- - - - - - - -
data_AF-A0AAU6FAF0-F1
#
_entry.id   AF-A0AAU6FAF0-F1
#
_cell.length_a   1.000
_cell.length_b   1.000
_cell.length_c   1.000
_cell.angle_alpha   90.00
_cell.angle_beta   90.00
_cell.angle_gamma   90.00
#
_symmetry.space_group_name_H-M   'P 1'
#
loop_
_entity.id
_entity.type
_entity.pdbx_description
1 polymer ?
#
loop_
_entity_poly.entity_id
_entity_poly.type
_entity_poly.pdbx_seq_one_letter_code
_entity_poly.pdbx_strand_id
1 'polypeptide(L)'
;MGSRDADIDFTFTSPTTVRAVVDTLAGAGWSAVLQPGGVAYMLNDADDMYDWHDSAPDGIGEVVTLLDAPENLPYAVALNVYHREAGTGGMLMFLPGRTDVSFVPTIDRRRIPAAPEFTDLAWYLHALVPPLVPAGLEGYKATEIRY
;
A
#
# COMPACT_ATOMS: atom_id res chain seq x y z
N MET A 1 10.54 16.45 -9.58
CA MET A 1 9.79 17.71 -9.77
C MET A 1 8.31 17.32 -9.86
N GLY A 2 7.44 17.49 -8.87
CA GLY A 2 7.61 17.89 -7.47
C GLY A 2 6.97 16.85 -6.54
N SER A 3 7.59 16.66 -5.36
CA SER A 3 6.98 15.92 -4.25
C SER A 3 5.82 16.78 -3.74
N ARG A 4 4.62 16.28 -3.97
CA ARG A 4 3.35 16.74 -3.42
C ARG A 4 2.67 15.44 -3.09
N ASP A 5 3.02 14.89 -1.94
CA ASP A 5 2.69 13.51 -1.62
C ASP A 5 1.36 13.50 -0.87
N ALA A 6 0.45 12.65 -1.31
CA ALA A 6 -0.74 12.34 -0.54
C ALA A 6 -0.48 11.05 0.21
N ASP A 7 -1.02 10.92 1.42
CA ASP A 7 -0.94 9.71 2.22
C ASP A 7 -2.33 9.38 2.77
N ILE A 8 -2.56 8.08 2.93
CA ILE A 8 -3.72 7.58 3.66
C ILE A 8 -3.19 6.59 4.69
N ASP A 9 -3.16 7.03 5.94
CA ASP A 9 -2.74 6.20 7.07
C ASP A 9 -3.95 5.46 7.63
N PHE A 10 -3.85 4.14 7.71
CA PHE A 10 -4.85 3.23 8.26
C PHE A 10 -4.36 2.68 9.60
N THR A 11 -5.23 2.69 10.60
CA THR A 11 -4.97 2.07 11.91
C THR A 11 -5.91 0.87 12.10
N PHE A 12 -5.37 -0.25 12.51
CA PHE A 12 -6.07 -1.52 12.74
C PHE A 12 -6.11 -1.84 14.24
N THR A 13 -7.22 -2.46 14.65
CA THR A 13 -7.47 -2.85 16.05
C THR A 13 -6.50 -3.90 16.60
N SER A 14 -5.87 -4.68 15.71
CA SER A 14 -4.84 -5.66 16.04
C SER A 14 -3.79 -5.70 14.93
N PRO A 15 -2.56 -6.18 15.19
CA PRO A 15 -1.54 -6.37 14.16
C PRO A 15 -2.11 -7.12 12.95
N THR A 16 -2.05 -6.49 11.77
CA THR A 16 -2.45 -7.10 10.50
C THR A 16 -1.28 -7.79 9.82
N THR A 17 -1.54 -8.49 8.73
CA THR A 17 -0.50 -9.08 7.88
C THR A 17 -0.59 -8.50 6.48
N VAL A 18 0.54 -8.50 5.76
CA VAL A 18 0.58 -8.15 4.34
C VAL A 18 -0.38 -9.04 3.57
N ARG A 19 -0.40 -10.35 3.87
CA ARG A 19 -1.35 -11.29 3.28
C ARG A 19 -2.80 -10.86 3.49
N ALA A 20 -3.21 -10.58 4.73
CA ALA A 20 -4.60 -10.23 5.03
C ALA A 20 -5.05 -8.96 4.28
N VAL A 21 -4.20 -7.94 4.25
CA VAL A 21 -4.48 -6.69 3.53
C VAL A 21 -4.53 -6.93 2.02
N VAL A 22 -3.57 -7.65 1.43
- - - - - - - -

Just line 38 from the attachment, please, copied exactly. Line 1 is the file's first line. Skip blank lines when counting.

CA SER A 3 6.98 15.92 -4.25